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Does Shakespeare Present Lady Macbeth as Fiend-Like?

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Introduction

Does Shakespeare Present Lady Macbeth as Fiend-Like? In the play 'Macbeth', the character of Lady Macbeth is presented by the play-wright, William Shakespeare, as a fiend by today's perception of the word. She is presented as an ambitious and confident woman, which many now, in this century, will say is a good example for how women should be. However, the elements of evil contained within her character shadows her good points, putting her across as a fiend, even more so in the century when the play 'Macbeth' was written. It was common then to see women as inferior and to be patronised by men. Shakespeare breaks this common way of thinking in 'Macbeth' by portraying Lady Macbeth as the driving-force in the relationship between her and Macbeth, by which the audience at the time would immediately relate to evilness as it would be a threat to men and unnatural. Shakespeare presents these, now seen as good qualities in women, as bad and so will therefore lead to evil things if these, supposedly manly character qualities, are present in females. Lady Macbeth is presented as a fiend because of her ideas of death and murder and how they come easily to her. Lady Macbeth is first seen in Act 1, scene 5. Immediately she is seen as a fiend when she speaks of the evil that always comes with ambition, but even with this knowledge she speaks of ambition as the quality she wants, ''...and shalt be/What thou art promis'd...Art not with ambition, but without/The illness should attend it...''. ...read more.

Middle

The way in which she describes the murder of her own child is very graphic and distressing. Lady Macbeth is also able to lie easily, and deceive people. She is able to put on a smile even though she is about to commit a murder and this does not affect her conscience, ''...look like the innocent flower/But be the serpent under't...''. In this quote she explains to Macbeth how to hide his conscience. The language she uses here, for example ''serpent'', which is related to evil also shows that she is truly evil herself. Although Lady Macbeth is seen to be fiend like she also shown at points to be caring and 'woman-like'. On the night of the murder of Duncan she admits to Macbeth that she could not kill Duncan as he resembled her father as he slept showing that she does have a conscience and guilt was getting to her, ''...Had he not resembled/My father as he slept, I had done't...''. This small outburst of good character from Lady Macbeth is short lived when she finds out that Macbeth has killed Duncan already and is feeling very guilty. When Macbeth examines the blood on his hands he feels a lot of guilt but Lady Macbeth shrugs it off, ''...This is a sorry sight...A foolish thought to say a sorry sight...''. This shows her character to be very evil, it shows the audience that murdering comes naturally to her thus presenting her as fiend-like. ...read more.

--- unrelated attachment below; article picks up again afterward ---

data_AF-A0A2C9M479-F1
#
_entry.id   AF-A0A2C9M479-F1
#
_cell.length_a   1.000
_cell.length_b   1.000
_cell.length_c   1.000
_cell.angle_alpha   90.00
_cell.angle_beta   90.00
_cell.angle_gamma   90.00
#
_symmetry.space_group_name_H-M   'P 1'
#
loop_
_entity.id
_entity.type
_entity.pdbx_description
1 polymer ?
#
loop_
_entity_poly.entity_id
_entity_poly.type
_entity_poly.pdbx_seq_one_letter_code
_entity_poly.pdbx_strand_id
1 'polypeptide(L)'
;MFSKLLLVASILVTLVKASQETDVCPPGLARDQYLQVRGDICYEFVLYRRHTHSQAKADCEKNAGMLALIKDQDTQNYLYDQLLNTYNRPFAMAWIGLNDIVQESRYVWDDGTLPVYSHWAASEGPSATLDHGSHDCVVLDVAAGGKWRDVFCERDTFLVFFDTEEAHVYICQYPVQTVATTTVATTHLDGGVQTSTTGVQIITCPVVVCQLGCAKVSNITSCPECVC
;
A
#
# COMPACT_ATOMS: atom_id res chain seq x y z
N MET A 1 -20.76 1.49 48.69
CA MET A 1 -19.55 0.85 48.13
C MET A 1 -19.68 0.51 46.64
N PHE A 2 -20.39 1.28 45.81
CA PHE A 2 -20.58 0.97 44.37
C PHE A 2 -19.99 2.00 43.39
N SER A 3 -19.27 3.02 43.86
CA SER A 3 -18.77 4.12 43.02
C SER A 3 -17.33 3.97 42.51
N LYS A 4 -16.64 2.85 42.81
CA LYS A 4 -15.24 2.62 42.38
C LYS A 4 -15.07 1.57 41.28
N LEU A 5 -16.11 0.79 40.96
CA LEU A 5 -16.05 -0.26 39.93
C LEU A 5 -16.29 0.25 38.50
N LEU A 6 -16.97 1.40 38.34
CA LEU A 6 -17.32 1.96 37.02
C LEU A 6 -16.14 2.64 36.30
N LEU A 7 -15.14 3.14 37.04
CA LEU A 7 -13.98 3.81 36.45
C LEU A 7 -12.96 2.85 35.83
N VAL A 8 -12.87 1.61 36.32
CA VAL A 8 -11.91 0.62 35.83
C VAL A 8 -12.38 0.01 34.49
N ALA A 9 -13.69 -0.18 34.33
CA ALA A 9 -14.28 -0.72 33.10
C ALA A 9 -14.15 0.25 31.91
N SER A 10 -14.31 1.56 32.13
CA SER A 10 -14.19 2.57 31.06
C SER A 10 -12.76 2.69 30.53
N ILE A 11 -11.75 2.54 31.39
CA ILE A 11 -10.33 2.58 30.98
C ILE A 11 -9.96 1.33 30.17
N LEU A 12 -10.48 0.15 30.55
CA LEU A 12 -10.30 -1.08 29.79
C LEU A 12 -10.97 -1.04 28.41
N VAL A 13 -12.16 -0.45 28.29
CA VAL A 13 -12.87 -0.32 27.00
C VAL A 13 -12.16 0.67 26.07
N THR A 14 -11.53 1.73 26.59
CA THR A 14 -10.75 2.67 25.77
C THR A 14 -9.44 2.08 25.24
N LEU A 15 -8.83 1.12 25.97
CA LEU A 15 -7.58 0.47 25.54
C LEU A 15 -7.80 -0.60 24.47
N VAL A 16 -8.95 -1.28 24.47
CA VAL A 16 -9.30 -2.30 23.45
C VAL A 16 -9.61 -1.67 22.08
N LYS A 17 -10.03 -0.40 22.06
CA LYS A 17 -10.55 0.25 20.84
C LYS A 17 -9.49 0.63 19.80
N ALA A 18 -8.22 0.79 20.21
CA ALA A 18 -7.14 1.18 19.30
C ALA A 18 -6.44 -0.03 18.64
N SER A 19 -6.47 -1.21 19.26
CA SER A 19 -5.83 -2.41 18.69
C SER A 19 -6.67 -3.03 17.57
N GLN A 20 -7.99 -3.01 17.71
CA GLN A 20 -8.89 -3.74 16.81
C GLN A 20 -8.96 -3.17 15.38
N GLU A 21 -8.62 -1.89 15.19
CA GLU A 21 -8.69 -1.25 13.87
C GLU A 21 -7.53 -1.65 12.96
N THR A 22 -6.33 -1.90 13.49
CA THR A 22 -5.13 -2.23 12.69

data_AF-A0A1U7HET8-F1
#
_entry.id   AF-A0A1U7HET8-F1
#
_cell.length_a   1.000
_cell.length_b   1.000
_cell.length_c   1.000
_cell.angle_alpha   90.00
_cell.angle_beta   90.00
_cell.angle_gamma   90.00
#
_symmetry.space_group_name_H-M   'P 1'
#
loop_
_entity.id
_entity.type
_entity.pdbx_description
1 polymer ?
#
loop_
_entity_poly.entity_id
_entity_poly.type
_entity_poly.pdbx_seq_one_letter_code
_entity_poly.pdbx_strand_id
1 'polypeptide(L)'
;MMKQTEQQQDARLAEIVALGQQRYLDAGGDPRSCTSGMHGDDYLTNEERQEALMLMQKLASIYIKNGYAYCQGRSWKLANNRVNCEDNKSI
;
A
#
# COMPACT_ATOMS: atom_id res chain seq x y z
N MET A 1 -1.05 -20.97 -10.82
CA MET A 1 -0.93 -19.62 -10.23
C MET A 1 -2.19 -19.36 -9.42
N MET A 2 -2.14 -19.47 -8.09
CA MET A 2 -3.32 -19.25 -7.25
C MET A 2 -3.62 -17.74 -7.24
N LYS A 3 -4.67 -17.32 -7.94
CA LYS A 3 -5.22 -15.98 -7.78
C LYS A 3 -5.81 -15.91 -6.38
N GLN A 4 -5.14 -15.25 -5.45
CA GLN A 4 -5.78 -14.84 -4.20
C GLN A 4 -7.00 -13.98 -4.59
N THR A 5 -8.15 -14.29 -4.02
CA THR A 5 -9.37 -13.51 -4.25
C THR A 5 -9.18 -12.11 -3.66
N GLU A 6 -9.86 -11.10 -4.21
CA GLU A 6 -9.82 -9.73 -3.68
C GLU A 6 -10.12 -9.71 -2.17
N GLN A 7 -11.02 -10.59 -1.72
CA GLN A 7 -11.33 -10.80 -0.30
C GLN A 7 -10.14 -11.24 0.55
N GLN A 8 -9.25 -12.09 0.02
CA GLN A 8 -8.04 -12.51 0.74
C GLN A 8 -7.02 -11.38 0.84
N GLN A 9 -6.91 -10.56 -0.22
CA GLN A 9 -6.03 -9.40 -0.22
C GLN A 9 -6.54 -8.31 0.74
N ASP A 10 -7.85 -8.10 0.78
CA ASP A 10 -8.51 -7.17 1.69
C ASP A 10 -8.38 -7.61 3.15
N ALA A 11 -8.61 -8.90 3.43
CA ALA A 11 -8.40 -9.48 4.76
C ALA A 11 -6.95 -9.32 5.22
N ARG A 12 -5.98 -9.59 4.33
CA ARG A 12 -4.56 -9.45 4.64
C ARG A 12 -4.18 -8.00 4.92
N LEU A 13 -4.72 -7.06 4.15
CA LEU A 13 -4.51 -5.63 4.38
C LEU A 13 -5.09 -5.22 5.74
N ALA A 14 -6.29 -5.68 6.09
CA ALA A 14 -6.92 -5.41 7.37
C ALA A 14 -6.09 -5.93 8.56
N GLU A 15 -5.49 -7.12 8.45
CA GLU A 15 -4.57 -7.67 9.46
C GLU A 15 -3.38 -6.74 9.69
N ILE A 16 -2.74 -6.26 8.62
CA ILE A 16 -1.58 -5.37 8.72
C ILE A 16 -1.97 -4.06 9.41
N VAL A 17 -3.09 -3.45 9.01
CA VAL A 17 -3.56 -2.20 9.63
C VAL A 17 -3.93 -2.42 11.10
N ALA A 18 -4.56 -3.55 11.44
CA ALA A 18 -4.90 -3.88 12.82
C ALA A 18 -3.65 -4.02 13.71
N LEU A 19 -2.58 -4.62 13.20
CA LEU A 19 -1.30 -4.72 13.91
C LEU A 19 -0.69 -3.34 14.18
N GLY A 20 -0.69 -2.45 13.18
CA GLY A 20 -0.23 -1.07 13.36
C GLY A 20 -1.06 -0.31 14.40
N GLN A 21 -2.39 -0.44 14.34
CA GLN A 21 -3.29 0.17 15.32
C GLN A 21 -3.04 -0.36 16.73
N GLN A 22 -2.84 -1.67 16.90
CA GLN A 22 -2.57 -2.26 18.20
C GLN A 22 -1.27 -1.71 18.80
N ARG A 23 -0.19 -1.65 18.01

Conclusion

asked to fill her and so her character in the play might not have been her true self, but the evil spirits within her taking over her. In conclusion, Lady Macbeth is portrayed by Shakespeare as a fiend, by today's and Elizabethan standards. The main reasons for this are her schemes for the murder of Duncan, the way in which she felt no guilt after the murder and, to the Elizabethan audience, her unnaturalness and her un-femininity in the way she possesses confidence, bravery and ambition. She is also a fiend because of the way she is able to influence and manipulate her husband. How evil she really is depends on the context in which the audience looks at the play. If the audience were to look at the play from an Elizabethan viewpoint, Lady Macbeth would be the villain and the fiend of the play that eventually got what she deserved; death. If the audience looks at the play from a contemporary viewpoint it is much harder to decide whether or not she is truly fiend-like as she possesses attributes that should be common in women today such as ambition, confidence and bravery. As it is an Elizabethan play and therefore traditional ideas are present, these aspects lead to evil. Lady Macbeth is a fiend as she commits murder, lies, blackmails and manipulates her husband for her own gain. These acts are always wrong, evil and fiend-like no matter which context it is looked at from. Page 1 ...read more.

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